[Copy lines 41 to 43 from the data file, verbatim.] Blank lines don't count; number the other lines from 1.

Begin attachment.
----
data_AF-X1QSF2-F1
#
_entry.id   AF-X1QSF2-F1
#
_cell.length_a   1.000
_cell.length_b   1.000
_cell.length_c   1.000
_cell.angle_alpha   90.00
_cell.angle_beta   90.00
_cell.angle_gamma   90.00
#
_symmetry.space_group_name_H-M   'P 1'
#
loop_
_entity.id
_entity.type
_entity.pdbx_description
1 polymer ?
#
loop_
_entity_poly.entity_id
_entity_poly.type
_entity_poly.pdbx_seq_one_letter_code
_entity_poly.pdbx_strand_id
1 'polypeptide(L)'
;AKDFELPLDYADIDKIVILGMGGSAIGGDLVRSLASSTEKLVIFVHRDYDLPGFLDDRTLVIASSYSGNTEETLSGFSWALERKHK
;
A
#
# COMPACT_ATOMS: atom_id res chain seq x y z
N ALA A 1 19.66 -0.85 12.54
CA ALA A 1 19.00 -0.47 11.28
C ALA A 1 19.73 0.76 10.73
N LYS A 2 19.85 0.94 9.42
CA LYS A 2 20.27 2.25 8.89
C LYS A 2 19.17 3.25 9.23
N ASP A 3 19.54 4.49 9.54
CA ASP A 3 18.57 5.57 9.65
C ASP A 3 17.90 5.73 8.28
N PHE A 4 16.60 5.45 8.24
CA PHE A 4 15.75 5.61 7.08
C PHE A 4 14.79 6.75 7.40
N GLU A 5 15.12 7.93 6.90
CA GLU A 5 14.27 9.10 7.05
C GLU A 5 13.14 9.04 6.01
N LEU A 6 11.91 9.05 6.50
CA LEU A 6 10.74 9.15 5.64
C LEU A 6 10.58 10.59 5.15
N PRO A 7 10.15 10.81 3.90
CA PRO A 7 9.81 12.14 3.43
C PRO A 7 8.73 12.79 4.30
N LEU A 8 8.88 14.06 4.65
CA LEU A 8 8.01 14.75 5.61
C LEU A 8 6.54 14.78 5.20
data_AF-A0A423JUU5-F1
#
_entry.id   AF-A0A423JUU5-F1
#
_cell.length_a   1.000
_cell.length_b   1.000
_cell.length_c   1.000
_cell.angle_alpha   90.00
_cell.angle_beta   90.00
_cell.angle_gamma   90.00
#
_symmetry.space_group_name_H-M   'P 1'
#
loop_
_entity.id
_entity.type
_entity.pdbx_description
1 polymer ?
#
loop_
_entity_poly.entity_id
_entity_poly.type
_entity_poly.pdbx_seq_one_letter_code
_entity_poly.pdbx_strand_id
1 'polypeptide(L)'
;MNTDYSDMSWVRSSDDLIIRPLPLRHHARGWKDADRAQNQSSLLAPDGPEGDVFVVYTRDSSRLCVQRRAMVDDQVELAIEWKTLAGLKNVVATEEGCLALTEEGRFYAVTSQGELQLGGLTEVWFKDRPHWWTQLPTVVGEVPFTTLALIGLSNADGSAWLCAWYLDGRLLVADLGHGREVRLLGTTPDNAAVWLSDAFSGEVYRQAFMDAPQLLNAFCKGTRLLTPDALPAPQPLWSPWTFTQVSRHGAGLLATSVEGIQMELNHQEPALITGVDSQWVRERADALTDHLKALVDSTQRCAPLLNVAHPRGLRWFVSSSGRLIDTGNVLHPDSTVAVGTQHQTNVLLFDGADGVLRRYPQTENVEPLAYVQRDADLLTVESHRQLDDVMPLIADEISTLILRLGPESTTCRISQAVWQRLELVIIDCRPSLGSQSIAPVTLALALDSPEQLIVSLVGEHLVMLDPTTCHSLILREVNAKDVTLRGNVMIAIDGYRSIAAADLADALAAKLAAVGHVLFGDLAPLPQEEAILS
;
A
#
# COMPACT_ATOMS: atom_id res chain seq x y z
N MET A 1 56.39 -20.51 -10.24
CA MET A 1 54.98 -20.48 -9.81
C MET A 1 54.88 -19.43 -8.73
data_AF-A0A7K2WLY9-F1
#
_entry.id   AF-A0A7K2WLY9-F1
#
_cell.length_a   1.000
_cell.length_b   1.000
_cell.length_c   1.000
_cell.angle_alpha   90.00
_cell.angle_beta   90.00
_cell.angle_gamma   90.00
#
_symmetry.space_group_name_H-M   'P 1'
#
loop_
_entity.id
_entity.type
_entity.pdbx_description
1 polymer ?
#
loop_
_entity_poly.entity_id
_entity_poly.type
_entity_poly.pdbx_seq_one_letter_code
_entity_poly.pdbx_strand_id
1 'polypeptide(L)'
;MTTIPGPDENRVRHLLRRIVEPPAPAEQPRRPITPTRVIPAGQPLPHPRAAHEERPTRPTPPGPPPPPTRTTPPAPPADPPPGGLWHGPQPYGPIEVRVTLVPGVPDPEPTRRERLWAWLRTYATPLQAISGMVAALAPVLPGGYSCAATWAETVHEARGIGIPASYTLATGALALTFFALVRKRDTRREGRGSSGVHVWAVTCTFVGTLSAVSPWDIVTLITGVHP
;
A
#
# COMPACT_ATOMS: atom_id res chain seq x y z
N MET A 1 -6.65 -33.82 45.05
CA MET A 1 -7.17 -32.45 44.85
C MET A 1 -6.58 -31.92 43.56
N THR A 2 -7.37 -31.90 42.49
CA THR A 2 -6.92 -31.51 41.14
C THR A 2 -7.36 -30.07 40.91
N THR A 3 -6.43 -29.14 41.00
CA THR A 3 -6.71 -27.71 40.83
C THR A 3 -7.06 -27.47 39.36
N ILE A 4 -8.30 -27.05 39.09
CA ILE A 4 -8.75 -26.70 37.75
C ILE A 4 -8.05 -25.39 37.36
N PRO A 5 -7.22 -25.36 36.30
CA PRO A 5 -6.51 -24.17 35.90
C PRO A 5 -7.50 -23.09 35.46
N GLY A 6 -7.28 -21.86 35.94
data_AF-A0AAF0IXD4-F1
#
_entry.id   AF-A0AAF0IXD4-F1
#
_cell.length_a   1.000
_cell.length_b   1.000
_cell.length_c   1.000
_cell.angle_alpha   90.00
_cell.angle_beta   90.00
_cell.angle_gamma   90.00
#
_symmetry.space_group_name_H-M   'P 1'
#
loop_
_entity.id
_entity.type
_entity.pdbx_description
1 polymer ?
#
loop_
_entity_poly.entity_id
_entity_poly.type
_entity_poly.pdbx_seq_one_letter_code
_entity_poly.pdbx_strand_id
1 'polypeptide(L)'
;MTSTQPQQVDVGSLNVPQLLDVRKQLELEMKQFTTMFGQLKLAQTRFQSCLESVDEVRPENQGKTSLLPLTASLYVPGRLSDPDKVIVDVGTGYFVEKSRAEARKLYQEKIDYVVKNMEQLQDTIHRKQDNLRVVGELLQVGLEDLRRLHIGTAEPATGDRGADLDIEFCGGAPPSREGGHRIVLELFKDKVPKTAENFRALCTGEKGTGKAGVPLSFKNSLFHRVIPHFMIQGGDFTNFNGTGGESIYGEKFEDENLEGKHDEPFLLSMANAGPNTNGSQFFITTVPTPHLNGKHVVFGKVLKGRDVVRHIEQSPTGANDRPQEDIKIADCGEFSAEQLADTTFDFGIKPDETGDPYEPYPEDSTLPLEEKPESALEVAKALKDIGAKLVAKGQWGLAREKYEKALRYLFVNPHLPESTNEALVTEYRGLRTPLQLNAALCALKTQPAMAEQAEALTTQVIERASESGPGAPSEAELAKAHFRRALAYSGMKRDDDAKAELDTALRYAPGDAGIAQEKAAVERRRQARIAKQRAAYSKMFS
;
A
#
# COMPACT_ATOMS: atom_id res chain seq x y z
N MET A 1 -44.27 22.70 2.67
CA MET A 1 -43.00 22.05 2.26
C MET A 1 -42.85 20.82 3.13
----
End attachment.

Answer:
CA PHE A 4 15.75 5.61 7.08
C PHE A 4 14.79 6.75 7.40
N GLU A 5 15.12 7.93 6.90